Wednesday, October 7, 2009

Breaking the Benzine Barrier

Long, long, ago in a land far, far away, I regularly took my car to the gas station. I didn't really think much about it, just drove up, stuck the card in the machine and followed the on-screen instructions. Voila, gas flowed, car filled, receipt spewed out and I was on my way.

Then I moved. Far. To a foreign land. A land where they call it 'Benzine'. A land where the pumps don't look the same as the pumps I was accustomed to. These weren't tall sleek pumps with a credit card machine on each pump. No, no. They were short, and squat and, at many of the stations, there was just one machine in the center. A machine I feared.

I generally avoid doing things that would make me appear to be a complete fool; unless I admit up front that I will be a complete fool trying it, and then it's okay. But this was different. This was one of those things that everyone already knows - unless you're 13 - and even then, you've probably figured it out.

But the machine... with all it's funny foreignness, was daunting. What if I pushed the wrong button? Why was there only one machine with multiple pumps? Why was the lowest octane rating the 92 - that was always the highest, not the lowest! What if I somehow pushed the button for the wrong pump, would I then be paying for someone's benzine - someone that wasn't me?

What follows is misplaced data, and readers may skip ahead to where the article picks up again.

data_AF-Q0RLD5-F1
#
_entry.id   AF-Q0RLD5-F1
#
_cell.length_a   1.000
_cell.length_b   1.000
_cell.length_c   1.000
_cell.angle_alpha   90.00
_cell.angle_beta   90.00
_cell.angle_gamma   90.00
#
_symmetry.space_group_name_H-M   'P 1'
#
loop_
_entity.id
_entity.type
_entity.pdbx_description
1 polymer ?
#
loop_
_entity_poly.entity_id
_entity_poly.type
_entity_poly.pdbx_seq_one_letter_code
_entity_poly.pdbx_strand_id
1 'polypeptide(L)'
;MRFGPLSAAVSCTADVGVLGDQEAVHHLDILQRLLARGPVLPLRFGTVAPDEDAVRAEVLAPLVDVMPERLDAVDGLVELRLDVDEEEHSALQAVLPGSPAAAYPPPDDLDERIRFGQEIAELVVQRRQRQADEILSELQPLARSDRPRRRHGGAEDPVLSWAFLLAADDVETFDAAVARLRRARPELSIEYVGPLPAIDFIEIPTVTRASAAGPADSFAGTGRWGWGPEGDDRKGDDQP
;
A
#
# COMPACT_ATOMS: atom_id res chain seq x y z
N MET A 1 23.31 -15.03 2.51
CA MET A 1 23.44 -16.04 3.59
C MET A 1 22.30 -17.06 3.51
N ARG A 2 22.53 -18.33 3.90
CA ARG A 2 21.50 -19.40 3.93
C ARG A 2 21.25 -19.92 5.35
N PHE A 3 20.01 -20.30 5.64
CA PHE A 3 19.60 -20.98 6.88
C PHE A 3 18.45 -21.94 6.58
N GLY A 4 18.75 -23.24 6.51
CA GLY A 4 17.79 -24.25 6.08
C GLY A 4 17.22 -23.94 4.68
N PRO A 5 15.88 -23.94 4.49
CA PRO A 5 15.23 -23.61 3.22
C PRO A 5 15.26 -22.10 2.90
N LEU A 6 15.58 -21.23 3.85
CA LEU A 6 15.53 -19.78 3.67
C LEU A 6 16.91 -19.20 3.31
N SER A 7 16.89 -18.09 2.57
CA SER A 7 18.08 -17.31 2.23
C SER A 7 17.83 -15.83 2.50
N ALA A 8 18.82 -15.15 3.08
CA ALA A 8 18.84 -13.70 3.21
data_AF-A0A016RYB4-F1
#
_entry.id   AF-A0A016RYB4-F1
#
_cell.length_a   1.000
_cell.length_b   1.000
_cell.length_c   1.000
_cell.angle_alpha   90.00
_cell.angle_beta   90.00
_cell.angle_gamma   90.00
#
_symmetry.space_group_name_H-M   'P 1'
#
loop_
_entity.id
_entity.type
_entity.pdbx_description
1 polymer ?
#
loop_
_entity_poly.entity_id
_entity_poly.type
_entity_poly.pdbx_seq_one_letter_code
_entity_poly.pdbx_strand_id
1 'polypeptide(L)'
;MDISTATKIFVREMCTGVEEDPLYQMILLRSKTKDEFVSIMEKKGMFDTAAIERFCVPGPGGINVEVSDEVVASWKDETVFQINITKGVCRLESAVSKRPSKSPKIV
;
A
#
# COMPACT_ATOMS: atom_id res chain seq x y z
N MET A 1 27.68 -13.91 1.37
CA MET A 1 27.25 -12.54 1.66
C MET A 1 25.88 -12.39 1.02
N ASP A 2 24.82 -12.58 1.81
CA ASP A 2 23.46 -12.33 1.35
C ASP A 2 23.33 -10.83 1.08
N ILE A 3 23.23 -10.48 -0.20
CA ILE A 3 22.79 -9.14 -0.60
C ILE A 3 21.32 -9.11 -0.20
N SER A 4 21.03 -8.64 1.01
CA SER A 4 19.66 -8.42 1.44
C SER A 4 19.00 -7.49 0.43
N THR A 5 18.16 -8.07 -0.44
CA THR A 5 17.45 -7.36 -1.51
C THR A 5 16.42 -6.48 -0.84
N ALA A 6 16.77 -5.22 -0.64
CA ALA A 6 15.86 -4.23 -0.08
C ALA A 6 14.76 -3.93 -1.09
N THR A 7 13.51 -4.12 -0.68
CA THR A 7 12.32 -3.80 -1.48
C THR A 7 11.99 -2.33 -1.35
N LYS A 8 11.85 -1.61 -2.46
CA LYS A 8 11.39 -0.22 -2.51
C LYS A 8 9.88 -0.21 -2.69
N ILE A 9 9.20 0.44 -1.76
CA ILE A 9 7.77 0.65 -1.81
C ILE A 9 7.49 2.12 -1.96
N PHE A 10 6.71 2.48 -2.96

But, I had a solution. I had a husband in this foreign land, one that understood the daunting machine with all it's funny little characters and words. And, he used the car much more than I ever did. And miraculously, the gar always had plenty of 'benzine' for me to consume wherever I needed to go.

So what began as just a fear grew into a bit of a challenge. How long can one live in a foreign land before one pumps their own gas?

Answer: 2 years and 11 months.

I have broken the benzine barrier and lived to tell about it. I pushed all the right buttons; I pumped the liquid gold...

Today's price after conversion = $6.68/gallon, but we prefer not to think in conversions. Instead we celebrate the fact that Benzine in Herning is only 8.95 Kr/Liter whereas the Benzine in Karup is 9.65 Kr/Liter - SCORE!

I did make a tiny fool of myself while returning the nozzle to it's holder but it would be impossible to explain. I figured it out and then scurried back to the car.

I no longer fear the machine. (okay, maybe just a little)
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